Linda Dittmar, an Israeli-American native of Caesarea, describes a 2007 visit to her home town in northwest Israel, with her friend Deborah Bright, an American photographer who was in Israel to search out and record what little remains of depopulated Palestinian villages demolished during the war of 1948—which Palestinians call Al Nakbha (the Catastrophe).
Children of the German School at Eerde America is rounding up and imprisoning people labeled as so-called “illegal aliens,” taking children from families and det… Continue reading →
Our world is escalating toward the sort of brutal intolerance of “the Other” that led to World War II. This time, though, the government and people of the United States are perilously close to embracing that brutality themselves.
In this post we review two books that add to our depth perception regarding tolerance and intolerance, though without offering solutions. Denis Lacorne’s The Limits of Tolerance traces the history and vulnerability of the Enlightenment value of tolerance. Robert Bartholomew and Anja Reumschussel’s American Intolerance indicts the United States for its terrible history of official and populist intolerance toward each new influx of immigrants.
Edwin L. Battistella’s book Sorry About That is a compilation and analysis of stories of pubic apologies in the primarily U.S. experience. Leaders everywhere make apologies, yet apology-phobia is a global disability. Apology is complex in human relationships. Effective public apologies are even more complex. Public apologies differ with cultural context, just as personal apologies differ in language and timing.
“Truth for children” is a phrase from a radio address by Emmanuel Levinas in September 1945, shortly after his release from a German prisoner of war camp set aside for Jews. The Geneva conventions had protected Jewish prisoners of war from the worst atrocities of the Holocaust, yet death was a constant threat. It was a time of Jewish awakening for many. As Hammerschlag writes, quoting Levinas (p.54):
“’The Jew lent his own significance to the sadness that he shared with his non-Jewish comrades, a consciousness of Judaism acute as a spasm.’ Within this context, the biblical accounts of the Jewish people took on a new significance. ‘After so many detours,’ Levinas suggested that the stories of the patriarchs, of God and Pharaoh, became true ‘in their elementary truth, in their truth for children, in their vulgar truth.’”
“The Church, the Draft Board, and Me” recounts my conflicts with the Catholic Church, whose ethics were called into question by the war in Vietnam, and the U.S. Selective Service System, which refused to honor my conscientious objection to participation in war.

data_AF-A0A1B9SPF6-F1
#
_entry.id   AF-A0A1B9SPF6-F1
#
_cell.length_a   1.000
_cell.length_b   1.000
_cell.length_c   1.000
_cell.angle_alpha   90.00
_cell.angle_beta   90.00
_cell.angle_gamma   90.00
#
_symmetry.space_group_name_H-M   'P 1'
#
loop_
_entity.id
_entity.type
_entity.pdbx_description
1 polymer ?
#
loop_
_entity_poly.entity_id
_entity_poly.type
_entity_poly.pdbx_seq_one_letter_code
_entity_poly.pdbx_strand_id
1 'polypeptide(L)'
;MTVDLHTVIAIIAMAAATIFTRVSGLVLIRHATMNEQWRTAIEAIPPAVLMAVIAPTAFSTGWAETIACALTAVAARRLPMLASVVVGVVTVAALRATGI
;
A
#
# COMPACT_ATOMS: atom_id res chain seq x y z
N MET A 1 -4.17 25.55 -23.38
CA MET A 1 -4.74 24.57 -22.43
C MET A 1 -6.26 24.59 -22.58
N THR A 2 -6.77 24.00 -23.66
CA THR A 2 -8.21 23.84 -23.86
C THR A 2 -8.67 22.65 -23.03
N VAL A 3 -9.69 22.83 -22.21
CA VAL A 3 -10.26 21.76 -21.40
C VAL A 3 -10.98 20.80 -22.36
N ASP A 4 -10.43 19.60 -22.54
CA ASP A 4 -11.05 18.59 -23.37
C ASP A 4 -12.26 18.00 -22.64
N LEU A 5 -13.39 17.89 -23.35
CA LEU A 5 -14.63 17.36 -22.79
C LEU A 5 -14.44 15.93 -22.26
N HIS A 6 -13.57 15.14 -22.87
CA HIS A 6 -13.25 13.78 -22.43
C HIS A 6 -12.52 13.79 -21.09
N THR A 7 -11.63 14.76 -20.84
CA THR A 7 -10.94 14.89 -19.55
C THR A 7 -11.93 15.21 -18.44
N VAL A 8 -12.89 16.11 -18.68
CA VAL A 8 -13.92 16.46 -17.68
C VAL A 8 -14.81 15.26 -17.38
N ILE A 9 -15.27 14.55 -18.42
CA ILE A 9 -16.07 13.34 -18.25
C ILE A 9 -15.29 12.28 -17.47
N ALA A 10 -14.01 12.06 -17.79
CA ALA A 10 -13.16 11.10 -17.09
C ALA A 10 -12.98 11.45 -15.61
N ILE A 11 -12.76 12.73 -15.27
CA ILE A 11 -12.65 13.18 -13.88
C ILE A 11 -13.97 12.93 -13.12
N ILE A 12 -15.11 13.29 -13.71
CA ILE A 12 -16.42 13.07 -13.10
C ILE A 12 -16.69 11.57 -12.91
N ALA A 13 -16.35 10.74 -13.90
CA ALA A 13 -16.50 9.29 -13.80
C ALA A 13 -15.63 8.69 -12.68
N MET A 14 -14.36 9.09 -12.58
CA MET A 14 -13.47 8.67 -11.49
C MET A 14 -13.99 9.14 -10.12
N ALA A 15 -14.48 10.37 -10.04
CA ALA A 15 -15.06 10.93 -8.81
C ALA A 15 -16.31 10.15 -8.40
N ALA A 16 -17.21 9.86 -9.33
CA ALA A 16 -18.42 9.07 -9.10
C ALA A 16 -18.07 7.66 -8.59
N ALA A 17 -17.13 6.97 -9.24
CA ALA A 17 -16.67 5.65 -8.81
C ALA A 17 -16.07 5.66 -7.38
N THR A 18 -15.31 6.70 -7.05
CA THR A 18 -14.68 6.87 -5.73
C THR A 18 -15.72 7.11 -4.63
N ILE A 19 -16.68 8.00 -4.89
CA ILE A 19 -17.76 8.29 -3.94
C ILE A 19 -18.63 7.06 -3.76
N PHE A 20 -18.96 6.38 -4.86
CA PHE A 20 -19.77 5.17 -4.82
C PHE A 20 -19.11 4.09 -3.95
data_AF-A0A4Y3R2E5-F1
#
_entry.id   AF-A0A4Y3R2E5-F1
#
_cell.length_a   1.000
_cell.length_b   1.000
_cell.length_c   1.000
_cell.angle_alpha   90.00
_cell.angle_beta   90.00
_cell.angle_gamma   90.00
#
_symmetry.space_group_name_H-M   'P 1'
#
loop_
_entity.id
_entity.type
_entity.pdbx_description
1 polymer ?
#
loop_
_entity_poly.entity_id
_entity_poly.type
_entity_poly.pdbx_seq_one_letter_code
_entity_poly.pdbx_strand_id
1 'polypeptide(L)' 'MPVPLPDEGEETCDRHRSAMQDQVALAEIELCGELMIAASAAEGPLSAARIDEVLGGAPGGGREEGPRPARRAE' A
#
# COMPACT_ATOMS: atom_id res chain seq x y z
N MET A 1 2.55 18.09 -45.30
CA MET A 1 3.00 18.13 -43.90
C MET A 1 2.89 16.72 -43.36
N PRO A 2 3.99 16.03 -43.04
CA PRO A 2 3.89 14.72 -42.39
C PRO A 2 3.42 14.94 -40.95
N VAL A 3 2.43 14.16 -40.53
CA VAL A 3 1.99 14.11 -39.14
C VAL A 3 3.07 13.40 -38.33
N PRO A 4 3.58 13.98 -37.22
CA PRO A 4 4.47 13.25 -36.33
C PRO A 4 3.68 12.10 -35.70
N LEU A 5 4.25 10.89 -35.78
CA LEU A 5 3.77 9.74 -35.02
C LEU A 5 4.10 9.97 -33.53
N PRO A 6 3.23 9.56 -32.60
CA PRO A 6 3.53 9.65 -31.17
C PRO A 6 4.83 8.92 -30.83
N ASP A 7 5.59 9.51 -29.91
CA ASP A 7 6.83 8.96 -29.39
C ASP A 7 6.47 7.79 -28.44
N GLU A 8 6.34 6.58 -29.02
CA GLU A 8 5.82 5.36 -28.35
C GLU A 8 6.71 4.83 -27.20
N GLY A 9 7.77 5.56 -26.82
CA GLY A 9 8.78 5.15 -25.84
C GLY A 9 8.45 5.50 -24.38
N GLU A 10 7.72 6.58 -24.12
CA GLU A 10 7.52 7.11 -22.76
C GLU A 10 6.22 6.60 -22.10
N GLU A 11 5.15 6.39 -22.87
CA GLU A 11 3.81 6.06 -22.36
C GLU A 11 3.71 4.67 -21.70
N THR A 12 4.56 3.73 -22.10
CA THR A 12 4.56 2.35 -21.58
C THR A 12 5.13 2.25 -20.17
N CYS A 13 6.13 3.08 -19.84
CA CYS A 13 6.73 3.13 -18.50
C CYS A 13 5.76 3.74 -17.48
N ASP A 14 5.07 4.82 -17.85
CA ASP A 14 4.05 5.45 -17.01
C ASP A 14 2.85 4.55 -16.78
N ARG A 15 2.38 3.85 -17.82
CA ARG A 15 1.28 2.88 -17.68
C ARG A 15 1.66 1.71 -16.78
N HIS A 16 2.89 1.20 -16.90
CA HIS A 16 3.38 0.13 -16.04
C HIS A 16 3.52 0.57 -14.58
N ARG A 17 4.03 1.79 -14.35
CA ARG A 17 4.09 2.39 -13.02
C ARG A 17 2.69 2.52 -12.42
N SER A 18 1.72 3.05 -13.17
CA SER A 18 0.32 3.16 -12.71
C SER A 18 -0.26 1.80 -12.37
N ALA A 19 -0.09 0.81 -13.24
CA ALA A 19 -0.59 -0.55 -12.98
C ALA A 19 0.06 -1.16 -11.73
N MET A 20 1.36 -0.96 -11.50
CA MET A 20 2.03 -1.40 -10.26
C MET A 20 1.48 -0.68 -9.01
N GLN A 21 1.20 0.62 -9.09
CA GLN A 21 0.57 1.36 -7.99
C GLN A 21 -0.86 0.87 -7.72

In telling that story, it sketches my evolution, despite encounters with predatory priests and a vindictive draft board, from youthful candidate for the Catholic priesthood to adult a-theistic Quaker who still asserts that “God is love.”
During the Contact Improvisation class at Intermountain Yearly Meeting 2018, we explored ways to connect and move through the language of touch, how to vary pressure to create stability or momentum, how to touch reassuringly to communicate trustworthiness.
We explored ways of giving and taking weight, and generating three-dimensional aspects to dancing. People rolled onto the floor and onto each other’s bodies. All this was done through deep listening, responsiveness to others’ physical invitations, and checking in with one’s own essential self for boundary making.
The fact that religious systems include a substantial element of magic thinking and mythology does not disprove their usefulness in a difficult world. Religious belief has been common in all cultures since the beginning of human time because, from an evolutionary point of view, it has demonstrable survival value. At all times of history, human life has been a dangerous and fearful proposition. Religion has often functioned well to abate fear, instill intention, promote courage, and protect from despair.
In the last few months in the U.S., we are testing our language, searching for the right words. For examples, do we use “not guilty,” exoneration, vindication, exculpation, absolution, assoil, absolve, or acquittal? These are all related, but each is different in nuance and significance for our future.
Selecting the right words is a universal human challenge. How do we to find and use language to express and communicate to others in public discernment processes?
Genuine spirituality demands honesty, freedom, tolerance and equality, values running counter to the religious power structures that have been dominant for so long. It is a process of rediscovering and having a renewed appreciation of our place in nature, an emphasis which contrasts with the efforts of traditional religion to set humanity apart from its natural origins and even to set us apart from the needs and pleasures of our own physical bodies.